|Podcast Transcript of Pauline Maki --6/16/08
This is research news from U-I-C – the University of Illinois at Chicago.
Today, Pauline Maki, associate professor of psychiatry and psychology, talks about her study in the journal Menopause that found women in midlife underreport the number of hot flashes that they experience by more than 40 percent and these hot flashes are linked to poor verbal memory.
Here's Dr. Maki:
It's been known for some time that mid-life women, that is, women in their late 40s, 50s and early 60s, report declines in their memory from an earlier period in their life. In fact, if you survey a large representative portion of women who are mid-life in the United States, about 43 percent of them will say that they've become forgetful.
A lot of people have tried to link this to menopause.
In studies where you follow women from pre-menopause to their fertile period, to when they transition through menopause, there's really no objective change in memory. So people have wondered, is there something about transitioning to the menopause that we've missed in previous studies that might explain why women become more forgetful? So, why do women become more forgetful as they transition through mid-life?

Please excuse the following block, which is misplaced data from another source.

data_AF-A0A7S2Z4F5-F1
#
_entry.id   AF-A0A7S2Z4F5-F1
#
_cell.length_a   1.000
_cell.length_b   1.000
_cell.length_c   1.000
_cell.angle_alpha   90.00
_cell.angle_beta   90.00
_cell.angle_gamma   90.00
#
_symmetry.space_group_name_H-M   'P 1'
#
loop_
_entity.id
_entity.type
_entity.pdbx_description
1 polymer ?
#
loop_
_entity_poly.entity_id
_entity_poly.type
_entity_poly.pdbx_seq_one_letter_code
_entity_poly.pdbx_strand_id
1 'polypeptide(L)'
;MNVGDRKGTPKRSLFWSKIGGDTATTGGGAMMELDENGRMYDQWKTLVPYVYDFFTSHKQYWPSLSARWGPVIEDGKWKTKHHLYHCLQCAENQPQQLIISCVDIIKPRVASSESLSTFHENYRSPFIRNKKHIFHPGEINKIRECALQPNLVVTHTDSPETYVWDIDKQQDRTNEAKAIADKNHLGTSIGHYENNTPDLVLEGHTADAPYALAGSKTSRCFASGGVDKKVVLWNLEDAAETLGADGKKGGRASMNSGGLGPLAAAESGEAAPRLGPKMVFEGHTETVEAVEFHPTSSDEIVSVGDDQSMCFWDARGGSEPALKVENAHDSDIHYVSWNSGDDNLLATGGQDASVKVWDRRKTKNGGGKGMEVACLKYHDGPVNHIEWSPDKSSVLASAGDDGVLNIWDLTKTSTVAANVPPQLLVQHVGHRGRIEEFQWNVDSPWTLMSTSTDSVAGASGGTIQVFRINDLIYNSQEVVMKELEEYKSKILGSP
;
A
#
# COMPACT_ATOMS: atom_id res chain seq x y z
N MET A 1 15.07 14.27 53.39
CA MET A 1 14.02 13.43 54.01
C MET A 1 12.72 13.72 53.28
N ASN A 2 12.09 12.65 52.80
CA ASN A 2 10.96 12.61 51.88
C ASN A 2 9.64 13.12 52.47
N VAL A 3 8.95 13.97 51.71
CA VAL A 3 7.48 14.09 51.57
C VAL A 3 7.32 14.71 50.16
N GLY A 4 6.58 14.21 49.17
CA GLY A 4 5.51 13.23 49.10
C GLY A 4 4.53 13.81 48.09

A number of studies have looked at the relationship between menopausal symptoms, like vasomotor symptoms, hot flashes and sleep disturbances that accompany hot flashes. They've asked the question, 'Is there a relationship between menopausal symptoms and memory complaints?' in women, particularly memory performance – that is, if you measure memory objectively on cognitive tests that are administered in the laboratory.
Studies to date have found no relationship between hot flashes and objective performance on memory tests in women. And many people have interpreted that as kind of answering the question, 'No, there isn't a relationship between menopausal symptoms and memory dysfunction in women.'
The problem is that the physiology of hot flashes and the science of hot flashes is more complex than we previously understood. Our understanding of hot flashes has greatly increased since the development of tools that objectively measure when and whether a woman is having a hot flash. These, what we call ambulatory hot flash monitors, allow us to objectively measure when a woman is having a hot flash. The monitor is about the size of a Walkman. The monitor measures changes in skin conductance in relation to a hot flash. When a woman has a hot flash, she has a change win skin conductance in association with that hot flash. We know this is a hot flash because some very technical work by a researcher at Wayne State University demonstrated that there is a change in core body temperature when a woman has a hot flash, and these monitors pick up on that change in core body temperature.
It turns out that when you measure hot flashes in women with these monitors, you discover that women underreport the true number of hot flashes that they experience by about 40 percent. So women are experiencing many more hot flashes than they're telling you about.